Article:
We're hoping not the alternator, as we just had our rebuilt a year or so ago.

Thanks in advance!

Unless an aftermarket device had been added to your coach, the Diplomats did not charge the chassis batteries from the generator or shore power. Suggest you do as twinboat says and have the batteries checked. Boondocking for only a few days should not be a problem unless the batteries are marginal. You might want to consider one of these:

https://www.rvupgradestore.com/Ultra...ik-l-start.htm

Ultra TRIK-L-START Starting Battery Charger/Maintainer

Bob

TeJay 02-03-2018 08:04 AM

ereadingrv,

Your statement in post #3 pleasantly surprised me!!! You do seem to know what you are talking about. Based on your response why didn't you check the charging voltages at the Chassis and coach battery's before posting???

This is ALWAYS and has to be thevery FIRST step in diagnosing a discharged battery.

A 12 -V battery that is in service and charged will or should have a voltage of around 12.6-V. When any charge is applied it should read at least 1-V more that the open post voltage reading taken first. Immediately following cranking an engine that voltage will usually be 13.6 or 14.2. Big current drain therefore higher charging voltage.

When plugged into shore power or running the generator the house battery's should be charging. What is that voltage?? The generator charging will be going through your converter just like it's plugged into shore power.

If your engine is running then that charging voltage should be charging the engine battery and the house batteries which is then also going through the converter.

Since you knew you needed those voltage readings then do them and make your diagnosis. If the voltage is not at least 1 volt above the open post voltage reading on your engine cranking battery then your alternator is not charging.

When we start our RV the alternator charging voltage is usually 14.2 - V. My Scan Gauge ($100 investment 3 years ago) instantly displays my alternator charging voltage all the time. I want to know that all the time.

The Trick-L-Charge device is the best $40 you'll spend. Anytime you are running the engine, generator or plugged into shore power you will also be charging the cranking battery.

Few RV's right from the factory will charge the engine cranking battery. That is only accomplished by the engines alternator unless you change it.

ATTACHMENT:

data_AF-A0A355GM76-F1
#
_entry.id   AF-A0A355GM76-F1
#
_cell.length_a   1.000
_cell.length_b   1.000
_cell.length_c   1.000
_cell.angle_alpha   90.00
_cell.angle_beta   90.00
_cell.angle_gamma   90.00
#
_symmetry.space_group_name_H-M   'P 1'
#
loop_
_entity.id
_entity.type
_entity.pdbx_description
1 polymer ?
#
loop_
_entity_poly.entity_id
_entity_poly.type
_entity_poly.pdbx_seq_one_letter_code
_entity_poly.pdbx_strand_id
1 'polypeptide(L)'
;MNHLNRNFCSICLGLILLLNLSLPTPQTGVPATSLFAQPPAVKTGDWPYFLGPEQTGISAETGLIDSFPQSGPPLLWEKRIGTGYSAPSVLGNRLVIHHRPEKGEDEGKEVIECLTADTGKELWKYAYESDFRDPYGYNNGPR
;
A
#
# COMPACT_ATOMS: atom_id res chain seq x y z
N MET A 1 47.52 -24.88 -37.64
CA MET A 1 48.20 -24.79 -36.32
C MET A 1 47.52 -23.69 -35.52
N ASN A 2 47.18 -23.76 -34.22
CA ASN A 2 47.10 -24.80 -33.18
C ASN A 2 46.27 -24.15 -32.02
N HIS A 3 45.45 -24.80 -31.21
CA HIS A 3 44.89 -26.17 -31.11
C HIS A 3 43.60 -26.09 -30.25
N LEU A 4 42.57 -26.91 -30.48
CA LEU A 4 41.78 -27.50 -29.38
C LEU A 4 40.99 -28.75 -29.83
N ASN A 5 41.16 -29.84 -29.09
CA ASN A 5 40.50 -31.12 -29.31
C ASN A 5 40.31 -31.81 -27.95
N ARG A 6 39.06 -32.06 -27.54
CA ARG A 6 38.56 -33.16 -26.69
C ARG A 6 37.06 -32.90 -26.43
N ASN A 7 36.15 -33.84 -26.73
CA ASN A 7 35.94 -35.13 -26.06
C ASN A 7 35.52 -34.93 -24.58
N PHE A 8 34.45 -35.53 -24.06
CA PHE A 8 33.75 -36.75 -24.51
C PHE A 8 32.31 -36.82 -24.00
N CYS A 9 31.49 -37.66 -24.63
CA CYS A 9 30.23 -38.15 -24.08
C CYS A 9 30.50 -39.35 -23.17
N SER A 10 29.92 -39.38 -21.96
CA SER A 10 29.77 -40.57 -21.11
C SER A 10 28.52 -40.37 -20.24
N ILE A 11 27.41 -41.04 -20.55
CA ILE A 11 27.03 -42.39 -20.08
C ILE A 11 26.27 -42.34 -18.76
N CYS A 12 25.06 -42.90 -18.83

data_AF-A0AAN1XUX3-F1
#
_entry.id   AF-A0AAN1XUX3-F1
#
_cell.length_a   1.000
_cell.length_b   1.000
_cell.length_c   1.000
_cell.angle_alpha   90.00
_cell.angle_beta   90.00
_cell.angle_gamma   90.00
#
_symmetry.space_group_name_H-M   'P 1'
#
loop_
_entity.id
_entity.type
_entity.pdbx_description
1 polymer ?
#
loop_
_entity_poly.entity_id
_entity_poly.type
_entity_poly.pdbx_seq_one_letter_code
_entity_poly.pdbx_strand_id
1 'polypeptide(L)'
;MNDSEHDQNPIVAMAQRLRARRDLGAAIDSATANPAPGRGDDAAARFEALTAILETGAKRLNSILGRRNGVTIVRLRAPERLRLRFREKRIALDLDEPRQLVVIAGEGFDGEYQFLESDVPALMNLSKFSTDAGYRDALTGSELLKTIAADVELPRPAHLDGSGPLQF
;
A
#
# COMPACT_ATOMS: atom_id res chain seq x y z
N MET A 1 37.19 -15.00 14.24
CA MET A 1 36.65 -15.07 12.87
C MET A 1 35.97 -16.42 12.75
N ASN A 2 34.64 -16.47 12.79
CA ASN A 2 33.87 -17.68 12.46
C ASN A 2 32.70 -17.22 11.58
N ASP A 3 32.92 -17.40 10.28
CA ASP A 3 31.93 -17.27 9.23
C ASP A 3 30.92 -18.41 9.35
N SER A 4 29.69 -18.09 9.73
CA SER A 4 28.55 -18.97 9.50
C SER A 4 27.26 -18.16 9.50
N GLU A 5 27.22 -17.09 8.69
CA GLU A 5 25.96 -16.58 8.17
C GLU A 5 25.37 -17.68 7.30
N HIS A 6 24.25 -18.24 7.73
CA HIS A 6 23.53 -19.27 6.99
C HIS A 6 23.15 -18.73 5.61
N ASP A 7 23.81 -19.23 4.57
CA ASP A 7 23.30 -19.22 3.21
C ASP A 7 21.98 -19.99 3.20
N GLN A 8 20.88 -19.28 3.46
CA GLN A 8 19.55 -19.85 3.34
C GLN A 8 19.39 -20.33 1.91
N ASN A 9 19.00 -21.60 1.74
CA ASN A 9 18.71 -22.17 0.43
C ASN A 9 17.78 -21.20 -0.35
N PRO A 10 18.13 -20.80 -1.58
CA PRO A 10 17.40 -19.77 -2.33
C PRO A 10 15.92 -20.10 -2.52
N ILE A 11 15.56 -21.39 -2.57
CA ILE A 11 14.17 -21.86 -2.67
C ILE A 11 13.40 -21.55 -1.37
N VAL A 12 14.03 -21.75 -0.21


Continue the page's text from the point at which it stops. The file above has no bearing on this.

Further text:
distaff 02-03-2018 10:22 AM

I'm with TeJay, your original post contains some non-sequiturs.

The main one is if you were boon-docking and running the generator, and you saw 10 V on your chassis batteries, why would you assume your alternator was the culprit? Have you, in addition to running the generator, been starting and running the engine periodically? If not, how would your alternator have provided charge?

Soppy 02-03-2018 11:04 AM

Your best bet is to fire up the coach engine and then measure the chassis battery voltage. It should be above 13 volts and gradually increasing to 14 volts as the batteries charge. If the voltage does not increase , you have a charging problem . Could be as simple as as loose alternator belt . On some coaches , some items are run off the chassis batteries like the radio & steps. Over a period of time the loads will discharge your chassis batteries. Most coaches charge the chassis batteries when on Genny or shore power . Some do not . With batteries that low , you are not charging them from shore /genny power. You'll have to do some investigating to find out why no charging. I would not run out and buy new batteries just yet.

oldguy70 02-03-2018 03:56 PM

You said you were boon docking so often the generator doesn't charge the chassis battery. Was that your problem. I added a little a device that takes care of it

slickest1 02-03-2018 04:54 PM

On my last coach, an Imperial I had a phantom draw somewhere that would drain my batteries in a couple days. I replaced the batteries and it still did that. My solution was when parked I would turn off the disconnect switch for the starting batteries and they would still be charged when I switched them back on.

ereadingrv 02-03-2018 07:12 PM

For clarification (and this was an accidental error of omission), the coach is started and moved weekly as we travel. So the coach is started and moved, and this problem is relatively recent. Apologies for the omission.